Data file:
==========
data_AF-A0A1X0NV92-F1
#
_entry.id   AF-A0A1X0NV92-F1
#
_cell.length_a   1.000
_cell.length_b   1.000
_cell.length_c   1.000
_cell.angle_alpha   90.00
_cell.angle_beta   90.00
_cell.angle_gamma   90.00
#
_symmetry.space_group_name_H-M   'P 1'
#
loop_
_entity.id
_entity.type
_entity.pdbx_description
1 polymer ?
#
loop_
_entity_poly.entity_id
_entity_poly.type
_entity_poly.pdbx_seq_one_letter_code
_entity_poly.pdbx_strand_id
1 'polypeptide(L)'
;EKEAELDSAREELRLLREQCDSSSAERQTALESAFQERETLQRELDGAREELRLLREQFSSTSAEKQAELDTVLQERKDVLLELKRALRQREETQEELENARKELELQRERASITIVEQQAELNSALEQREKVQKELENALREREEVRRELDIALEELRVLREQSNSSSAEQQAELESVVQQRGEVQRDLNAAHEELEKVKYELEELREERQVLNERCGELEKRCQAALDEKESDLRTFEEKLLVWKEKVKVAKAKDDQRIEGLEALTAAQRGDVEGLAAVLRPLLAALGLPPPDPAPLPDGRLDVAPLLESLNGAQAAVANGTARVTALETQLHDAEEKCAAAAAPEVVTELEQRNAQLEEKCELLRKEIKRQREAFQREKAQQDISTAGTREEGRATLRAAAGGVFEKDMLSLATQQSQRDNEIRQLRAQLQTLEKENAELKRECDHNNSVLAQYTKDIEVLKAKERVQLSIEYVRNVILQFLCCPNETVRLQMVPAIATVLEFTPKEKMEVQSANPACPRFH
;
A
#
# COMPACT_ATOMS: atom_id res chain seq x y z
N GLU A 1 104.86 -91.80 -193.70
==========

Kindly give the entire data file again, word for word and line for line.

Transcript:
data_AF-A0A1X0NV92-F1
#
_entry.id   AF-A0A1X0NV92-F1
#
_cell.length_a   1.000
_cell.length_b   1.000
_cell.length_c   1.000
_cell.angle_alpha   90.00
_cell.angle_beta   90.00
_cell.angle_gamma   90.00
#
_symmetry.space_group_name_H-M   'P 1'
#
loop_
_entity.id
_entity.type
_entity.pdbx_description
1 polymer ?
#
loop_
_entity_poly.entity_id
_entity_poly.type
_entity_poly.pdbx_seq_one_letter_code
_entity_poly.pdbx_strand_id
1 'polypeptide(L)'
;EKEAELDSAREELRLLREQCDSSSAERQTALESAFQERETLQRELDGAREELRLLREQFSSTSAEKQAELDTVLQERKDVLLELKRALRQREETQEELENARKELELQRERASITIVEQQAELNSALEQREKVQKELENALREREEVRRELDIALEELRVLREQSNSSSAEQQAELESVVQQRGEVQRDLNAAHEELEKVKYELEELREERQVLNERCGELEKRCQAALDEKESDLRTFEEKLLVWKEKVKVAKAKDDQRIEGLEALTAAQRGDVEGLAAVLRPLLAALGLPPPDPAPLPDGRLDVAPLLESLNGAQAAVANGTARVTALETQLHDAEEKCAAAAAPEVVTELEQRNAQLEEKCELLRKEIKRQREAFQREKAQQDISTAGTREEGRATLRAAAGGVFEKDMLSLATQQSQRDNEIRQLRAQLQTLEKENAELKRECDHNNSVLAQYTKDIEVLKAKERVQLSIEYVRNVILQFLCCPNETVRLQMVPAIATVLEFTPKEKMEVQSANPACPRFH
;
A
#
# COMPACT_ATOMS: atom_id res chain seq x y z
N GLU A 1 104.86 -91.80 -193.70